When talking about the plants that we grow in our polytunnels, we tend to group them into various categories – vegetables, fruit, flowers… we tend to think as the first two categories as the edible crops, and flowers as, essentially, aesthetic additions. But if you are keen on growing and eating food from your polytunnel all year round, it can be helpful to begin to see that flowers can also be edible – more than that, flowers can become a useful food yield from your growing space, as well as providing other benefits like making us feel good, and attracting pollinators and other beneficial insects.
Fruit & Vegetable Crops With Edible Flowers
First of all, thinking about the vegetable crops we grow, it is important to remember that some provide not only their main food source but also have edible flowers.
While in some cases (where we are waiting for fruits to form and removing flowers would reduce the main yield) we may wish to leave the flowers alone, in other cases we may wish to consider eating the flowers as well as harvesting the main food source of the plant.
While we usually harvest the bulbs of onions, for example, some varieties can produce flower heads that should be removed – but not thrown away. Flower heads of various alliums can be delicious additions to a salad. Flower heads beginning to form on brassica like kale/ collard greens or Asian greens like pak choi can be nice in a stir fry. Squash flowers are also a secondary crop that is often overlooked.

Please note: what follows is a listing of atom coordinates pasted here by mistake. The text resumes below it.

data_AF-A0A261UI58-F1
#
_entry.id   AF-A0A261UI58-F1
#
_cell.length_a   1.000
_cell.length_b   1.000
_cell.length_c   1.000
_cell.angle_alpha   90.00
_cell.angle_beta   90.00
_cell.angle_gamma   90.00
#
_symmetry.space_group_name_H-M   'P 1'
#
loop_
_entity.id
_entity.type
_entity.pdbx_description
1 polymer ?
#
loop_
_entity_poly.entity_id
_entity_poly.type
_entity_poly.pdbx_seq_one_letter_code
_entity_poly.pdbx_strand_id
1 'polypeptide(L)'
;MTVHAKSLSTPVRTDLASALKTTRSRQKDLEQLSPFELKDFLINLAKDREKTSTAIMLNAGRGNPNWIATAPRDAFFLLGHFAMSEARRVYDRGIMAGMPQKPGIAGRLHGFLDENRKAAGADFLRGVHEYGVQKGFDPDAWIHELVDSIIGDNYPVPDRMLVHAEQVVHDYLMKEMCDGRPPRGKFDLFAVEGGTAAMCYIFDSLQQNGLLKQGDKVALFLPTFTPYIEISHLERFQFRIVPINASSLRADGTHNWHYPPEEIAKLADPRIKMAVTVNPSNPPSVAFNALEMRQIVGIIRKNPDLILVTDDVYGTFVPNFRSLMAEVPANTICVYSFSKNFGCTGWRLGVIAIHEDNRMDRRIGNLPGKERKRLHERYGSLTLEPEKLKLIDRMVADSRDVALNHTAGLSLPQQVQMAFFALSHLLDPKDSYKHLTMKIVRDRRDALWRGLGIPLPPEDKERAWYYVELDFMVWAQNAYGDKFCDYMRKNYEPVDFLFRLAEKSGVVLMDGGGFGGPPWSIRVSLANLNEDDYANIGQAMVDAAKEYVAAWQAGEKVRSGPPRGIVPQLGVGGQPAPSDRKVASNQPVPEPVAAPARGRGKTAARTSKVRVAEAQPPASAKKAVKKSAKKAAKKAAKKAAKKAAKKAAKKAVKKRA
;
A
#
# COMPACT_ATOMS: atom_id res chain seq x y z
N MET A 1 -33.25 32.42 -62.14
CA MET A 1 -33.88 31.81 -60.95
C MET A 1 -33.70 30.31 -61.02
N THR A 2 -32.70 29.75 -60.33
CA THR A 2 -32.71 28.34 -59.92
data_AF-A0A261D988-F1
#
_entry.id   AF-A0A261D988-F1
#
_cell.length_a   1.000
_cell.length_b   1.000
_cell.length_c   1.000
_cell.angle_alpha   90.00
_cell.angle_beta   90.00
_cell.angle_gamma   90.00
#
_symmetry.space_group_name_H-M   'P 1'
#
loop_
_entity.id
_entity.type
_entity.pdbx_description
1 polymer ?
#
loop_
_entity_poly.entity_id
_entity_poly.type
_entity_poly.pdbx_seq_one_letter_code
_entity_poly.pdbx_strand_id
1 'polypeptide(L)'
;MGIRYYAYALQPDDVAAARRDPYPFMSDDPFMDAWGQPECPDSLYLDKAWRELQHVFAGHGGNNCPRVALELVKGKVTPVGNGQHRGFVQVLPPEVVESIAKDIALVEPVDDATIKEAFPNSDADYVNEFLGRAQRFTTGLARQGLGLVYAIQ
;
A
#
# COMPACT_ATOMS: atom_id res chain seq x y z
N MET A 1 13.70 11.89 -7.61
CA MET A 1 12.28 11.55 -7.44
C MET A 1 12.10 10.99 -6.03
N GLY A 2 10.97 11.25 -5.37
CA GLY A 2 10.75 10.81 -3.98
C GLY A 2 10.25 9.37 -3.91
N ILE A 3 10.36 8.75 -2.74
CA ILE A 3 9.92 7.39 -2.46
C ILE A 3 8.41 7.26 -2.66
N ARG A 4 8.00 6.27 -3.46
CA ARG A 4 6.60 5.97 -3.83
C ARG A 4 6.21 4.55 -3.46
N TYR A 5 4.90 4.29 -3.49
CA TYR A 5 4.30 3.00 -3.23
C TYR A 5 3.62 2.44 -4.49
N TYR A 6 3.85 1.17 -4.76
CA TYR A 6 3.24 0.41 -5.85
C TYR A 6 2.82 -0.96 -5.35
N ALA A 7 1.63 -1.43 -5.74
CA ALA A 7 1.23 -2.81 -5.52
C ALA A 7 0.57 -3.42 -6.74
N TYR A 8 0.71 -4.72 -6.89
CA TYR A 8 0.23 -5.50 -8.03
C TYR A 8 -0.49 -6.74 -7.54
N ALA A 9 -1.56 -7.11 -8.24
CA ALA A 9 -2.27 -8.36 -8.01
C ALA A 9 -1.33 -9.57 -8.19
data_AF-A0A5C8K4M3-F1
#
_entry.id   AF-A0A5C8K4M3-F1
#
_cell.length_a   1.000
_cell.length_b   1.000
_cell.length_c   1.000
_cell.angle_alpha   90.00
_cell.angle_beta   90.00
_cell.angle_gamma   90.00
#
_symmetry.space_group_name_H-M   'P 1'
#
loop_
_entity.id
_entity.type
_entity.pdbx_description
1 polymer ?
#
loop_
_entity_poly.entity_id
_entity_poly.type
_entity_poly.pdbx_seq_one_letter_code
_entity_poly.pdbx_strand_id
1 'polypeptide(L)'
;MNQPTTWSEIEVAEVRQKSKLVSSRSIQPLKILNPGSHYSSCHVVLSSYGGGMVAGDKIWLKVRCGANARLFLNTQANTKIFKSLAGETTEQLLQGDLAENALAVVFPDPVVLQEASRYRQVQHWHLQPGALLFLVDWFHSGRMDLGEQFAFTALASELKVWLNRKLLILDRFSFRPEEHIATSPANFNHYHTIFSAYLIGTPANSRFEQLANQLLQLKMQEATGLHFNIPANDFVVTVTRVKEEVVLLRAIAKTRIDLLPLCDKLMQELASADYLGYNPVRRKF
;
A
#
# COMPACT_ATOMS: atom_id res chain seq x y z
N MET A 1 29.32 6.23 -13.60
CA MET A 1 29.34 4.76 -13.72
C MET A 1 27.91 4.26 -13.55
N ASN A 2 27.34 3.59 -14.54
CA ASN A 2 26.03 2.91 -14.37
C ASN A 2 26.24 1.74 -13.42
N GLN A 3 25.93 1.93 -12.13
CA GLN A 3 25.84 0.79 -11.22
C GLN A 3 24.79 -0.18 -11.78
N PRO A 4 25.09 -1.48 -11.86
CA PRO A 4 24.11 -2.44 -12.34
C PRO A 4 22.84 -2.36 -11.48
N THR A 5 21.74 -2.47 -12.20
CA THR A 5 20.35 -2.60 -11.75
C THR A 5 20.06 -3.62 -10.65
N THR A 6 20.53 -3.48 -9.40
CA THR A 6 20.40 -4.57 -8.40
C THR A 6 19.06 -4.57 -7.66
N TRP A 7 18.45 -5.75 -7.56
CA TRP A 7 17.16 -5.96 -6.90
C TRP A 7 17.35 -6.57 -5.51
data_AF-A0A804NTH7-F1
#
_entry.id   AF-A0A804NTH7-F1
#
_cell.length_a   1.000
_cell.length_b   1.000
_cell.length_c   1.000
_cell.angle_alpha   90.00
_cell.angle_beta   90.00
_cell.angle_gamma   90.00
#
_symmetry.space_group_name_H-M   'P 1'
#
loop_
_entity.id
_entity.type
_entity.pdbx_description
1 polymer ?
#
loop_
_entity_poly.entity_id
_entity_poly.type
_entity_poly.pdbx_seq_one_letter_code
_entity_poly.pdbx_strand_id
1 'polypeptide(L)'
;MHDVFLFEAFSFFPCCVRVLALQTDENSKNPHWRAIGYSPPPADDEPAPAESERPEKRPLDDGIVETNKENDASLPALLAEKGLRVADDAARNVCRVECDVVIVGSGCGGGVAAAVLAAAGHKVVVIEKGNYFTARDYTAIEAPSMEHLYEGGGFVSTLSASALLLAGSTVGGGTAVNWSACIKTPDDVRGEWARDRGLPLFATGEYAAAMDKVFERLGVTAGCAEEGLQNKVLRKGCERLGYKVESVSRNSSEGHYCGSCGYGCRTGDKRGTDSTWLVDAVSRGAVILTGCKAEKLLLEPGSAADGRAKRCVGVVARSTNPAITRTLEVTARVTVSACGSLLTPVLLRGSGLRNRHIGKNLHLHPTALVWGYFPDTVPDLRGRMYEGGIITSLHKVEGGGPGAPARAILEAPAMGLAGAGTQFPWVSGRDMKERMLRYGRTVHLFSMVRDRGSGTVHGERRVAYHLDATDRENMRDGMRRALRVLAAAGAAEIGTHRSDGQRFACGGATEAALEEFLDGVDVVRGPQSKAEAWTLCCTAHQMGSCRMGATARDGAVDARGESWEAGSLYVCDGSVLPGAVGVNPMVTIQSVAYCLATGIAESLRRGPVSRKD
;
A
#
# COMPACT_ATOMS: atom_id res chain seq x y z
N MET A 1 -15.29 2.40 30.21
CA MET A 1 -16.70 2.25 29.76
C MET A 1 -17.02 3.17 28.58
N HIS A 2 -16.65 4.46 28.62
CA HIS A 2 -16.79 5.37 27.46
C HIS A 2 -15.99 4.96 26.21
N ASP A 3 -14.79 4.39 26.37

Common Ornamental Flowers That Are Also Edible
You may be surprised to learn that many of the common, ornamental plants grown in polytunnels or elsewhere in your garden are also edible. Examples of common edible flowers usually grown for their looks alone are:
- Pot Marigold
There are many more examples, each of which will be treated in a different way, yet all of which can be used in food. Each of the above has its own specific uses in either sweet or savoury recipes. For beginners, it is essential always to be absolutely sure that you are identifying a plant correctly before you eat any, and in case of allergies, to eat only a small amount of anything new the first time you try it.
You may also be surprised to learn that you can eat the flowers of some common weeds. Dandelions, for example, are common and prolific across the UK. You can batter the flowers and fry to make dandelion fritters – just one example of an edible flower recipe that could enliven your diet and help you make the most of everything that grows in your polytunnel and around your garden. If you have any favourite ways to eat edible flowers from your garden, let us know in the comments below.
Elizabeth Waddington is a writer and green living consultant living in Scotland. Permaculture and sustainability are at the heart of everything she does, from designing gardens and farms around the world, to inspiring and facilitating positive change for small companies and individuals.
She also works on her own property, where she grows fruit and vegetables, keeps chickens and is working on the eco-renovation of an old stone barn.